We still have bruises and bleeding noses and broken ribs because
we fought, in the beginning, and we’re probably going to fight again
because you still think I’m a coward
and I still think you’re all bravado. 

We have an understanding. We always have. 
We don’t get along but we need each other 
like the paring knife needs the fruit. 
I don’t have any bravado and you don’t have any fear. 
Except I do, and you do, because we’re the same girl. Remember? 

We’re talking because that’s better than looking at one another. 
It gets worse at night, I tell you, 
but my clock is stuck at midnight. 
You don’t offer to fix it because I didn’t ask and, besides, 
You’ve never been very good at fixing anything. 
Let’s talk about something else, you say,
but I ignore you because 
I’ve never been very good at listening to you. 
It gets worse at night, I tell you, 
but I don’t know what anything other than midnight looks like. 

You don’t say it was never good in the day either, 
you don’t say midnight and midday look the same on a clock, 
you don’t say nothing ever matters because nothing ever changes, 
you don’t say we’re not getting anywhere, sweetheart,
you don’t say I need us to start getting somewhere and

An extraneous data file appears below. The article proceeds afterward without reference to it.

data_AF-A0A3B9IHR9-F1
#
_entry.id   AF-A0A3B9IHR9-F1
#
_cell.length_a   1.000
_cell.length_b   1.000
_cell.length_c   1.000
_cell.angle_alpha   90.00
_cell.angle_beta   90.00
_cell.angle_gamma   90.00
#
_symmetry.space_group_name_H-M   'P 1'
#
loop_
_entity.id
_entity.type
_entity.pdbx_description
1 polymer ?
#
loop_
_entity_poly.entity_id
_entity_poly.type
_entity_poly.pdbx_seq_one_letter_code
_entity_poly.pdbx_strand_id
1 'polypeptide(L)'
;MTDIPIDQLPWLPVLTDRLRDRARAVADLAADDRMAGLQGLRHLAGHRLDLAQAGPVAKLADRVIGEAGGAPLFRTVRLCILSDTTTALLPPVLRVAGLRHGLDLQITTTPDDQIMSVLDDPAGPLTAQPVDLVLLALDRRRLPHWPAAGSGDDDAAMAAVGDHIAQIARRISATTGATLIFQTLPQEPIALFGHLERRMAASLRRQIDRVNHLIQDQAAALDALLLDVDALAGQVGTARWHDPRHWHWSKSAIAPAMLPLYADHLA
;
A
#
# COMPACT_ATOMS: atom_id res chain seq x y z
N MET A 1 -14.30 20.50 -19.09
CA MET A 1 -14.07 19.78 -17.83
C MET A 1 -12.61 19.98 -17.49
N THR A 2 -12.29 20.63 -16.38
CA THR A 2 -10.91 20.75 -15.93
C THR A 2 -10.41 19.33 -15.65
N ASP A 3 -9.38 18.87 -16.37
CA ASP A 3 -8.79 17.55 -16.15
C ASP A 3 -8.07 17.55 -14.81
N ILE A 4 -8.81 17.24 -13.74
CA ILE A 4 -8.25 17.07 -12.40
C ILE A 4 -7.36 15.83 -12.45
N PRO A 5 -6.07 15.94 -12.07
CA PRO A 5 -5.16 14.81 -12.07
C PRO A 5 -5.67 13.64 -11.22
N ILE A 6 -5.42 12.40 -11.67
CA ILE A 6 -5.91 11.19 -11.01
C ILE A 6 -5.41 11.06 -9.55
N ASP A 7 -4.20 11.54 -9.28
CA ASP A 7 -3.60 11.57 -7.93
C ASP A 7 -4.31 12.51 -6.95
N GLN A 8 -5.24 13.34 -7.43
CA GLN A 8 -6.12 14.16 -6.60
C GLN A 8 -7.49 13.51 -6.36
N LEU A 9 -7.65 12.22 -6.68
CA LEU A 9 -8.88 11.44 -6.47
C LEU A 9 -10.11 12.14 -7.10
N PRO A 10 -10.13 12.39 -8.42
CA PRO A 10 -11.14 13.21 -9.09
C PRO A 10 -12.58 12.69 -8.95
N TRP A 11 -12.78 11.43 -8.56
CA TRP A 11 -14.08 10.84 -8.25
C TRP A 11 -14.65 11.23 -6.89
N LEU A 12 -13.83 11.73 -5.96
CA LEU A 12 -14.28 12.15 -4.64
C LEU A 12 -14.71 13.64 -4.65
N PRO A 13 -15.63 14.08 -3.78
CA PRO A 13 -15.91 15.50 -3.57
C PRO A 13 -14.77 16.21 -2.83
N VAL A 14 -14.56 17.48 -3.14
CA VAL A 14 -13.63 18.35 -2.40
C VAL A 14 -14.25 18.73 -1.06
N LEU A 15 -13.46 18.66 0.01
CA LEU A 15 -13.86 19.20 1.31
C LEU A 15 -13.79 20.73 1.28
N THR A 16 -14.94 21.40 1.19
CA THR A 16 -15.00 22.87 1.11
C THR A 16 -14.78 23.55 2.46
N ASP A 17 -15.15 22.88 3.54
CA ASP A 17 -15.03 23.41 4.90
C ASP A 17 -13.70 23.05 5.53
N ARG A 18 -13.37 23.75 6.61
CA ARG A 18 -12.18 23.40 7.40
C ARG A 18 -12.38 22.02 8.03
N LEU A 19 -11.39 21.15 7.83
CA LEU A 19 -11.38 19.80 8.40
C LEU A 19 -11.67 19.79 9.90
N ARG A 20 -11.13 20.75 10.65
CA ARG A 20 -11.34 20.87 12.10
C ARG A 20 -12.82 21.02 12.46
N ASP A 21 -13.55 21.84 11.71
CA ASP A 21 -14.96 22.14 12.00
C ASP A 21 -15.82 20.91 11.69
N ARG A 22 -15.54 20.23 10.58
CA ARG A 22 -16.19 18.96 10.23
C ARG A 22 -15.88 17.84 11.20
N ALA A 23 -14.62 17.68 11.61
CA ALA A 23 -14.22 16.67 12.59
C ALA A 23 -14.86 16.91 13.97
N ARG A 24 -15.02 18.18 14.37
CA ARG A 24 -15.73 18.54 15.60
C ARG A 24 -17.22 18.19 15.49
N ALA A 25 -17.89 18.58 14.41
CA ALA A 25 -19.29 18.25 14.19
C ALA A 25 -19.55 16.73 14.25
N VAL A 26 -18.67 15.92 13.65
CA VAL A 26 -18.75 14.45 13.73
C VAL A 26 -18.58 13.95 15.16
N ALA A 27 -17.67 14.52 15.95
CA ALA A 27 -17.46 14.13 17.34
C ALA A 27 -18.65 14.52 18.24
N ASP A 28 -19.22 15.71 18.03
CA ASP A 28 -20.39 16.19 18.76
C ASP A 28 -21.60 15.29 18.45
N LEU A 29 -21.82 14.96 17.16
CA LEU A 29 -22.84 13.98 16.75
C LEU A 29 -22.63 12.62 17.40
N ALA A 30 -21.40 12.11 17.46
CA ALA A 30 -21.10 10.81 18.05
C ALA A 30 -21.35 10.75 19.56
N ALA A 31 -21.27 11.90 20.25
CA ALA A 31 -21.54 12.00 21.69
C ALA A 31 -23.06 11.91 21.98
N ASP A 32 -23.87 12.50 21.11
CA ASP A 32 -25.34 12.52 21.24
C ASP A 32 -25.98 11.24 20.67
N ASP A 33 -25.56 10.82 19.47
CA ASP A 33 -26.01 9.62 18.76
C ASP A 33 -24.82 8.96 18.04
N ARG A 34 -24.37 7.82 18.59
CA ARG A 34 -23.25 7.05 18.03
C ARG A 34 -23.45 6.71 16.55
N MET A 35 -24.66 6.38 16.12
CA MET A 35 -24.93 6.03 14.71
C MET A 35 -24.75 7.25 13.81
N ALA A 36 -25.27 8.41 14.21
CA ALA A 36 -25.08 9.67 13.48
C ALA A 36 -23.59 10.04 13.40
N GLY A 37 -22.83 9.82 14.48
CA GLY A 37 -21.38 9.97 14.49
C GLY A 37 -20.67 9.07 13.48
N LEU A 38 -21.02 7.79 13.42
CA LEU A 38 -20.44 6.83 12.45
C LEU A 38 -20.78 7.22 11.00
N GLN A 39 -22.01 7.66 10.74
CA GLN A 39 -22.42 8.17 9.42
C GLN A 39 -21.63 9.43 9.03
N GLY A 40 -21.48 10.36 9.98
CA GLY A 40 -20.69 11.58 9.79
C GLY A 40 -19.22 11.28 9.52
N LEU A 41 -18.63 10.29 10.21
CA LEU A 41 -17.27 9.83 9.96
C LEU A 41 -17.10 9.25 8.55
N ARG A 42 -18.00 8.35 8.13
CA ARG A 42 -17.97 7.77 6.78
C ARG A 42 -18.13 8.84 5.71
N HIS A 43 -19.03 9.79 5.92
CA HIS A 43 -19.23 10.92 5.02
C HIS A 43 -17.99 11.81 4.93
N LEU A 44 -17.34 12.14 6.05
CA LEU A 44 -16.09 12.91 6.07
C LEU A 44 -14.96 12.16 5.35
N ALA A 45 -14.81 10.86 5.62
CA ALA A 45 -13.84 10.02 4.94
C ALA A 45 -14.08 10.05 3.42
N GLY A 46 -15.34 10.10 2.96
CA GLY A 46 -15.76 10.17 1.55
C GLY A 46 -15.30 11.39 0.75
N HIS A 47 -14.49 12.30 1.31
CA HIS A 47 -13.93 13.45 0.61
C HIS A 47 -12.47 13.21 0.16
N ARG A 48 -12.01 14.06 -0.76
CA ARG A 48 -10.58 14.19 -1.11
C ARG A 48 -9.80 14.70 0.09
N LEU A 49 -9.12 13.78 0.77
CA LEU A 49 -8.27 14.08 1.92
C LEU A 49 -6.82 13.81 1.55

I hate you for not letting us. 

You want to say those things because 
you’ve never been good at fixing things
but you’ve always been good at breaking them. 
You don’t say them because you’re all bravado. 
I don’t make you because I’m a coward. 

You don’t have to because we’re the same girl. 

We’re in a room with no door
and the clock is broken 
and when we fight next time 
I hope you win. 

I hope you win, 
but I’m not going to let you.

from Rattle #74, Winter 2021
Rattle Poetry Prize Finalist


Zella Rivas: “The poem is inspired by my experiences growing up and living with mental illness that is incurable and has never not been part of me. It is a difficult experience to describe, but poetry allows us to share experiences of the most inexplicable and human sort even as it allows us the room to further understand ourselves, and it does so with beauty. Poetry is, to me, a beautiful and essential medium through which to participate in this world.” (web)

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March 22, 2022

Susan Browne


that has hope in it.
Today, you read, there’s a big rush to buy
bomb shelters.
Normal people are buying them,
not just millionaires.
There is some hope in that:
thinking life will go on after.
If you go shopping today
it won’t be for a bomb shelter
but a beautiful anything
you can find: a soft pair of socks,
a necklace that catches the light
although nothing will get your mind off
of the mass grave in Ukraine,
the jaw-bones & eye sockets,
the pregnant women running
from the destroyed maternity hospital.
Your friend said she doesn’t read the news
because what can she do, what can any of us do
to stop the butchers
because we have to be butchers
to stop them, a hopeless logic.
You could put a pear in your pocket
& pretend you have a horse to slowly feed it to.
You could build a ramshackle hut
for the dandelions before the spring wind
blows through.

from Poets Respond
March 22, 2022


Susan Browne: “I wrote this poem after reading the story in the New York Times about Europeans buying bomb shelters, iodine pills, and survival guides.” (web)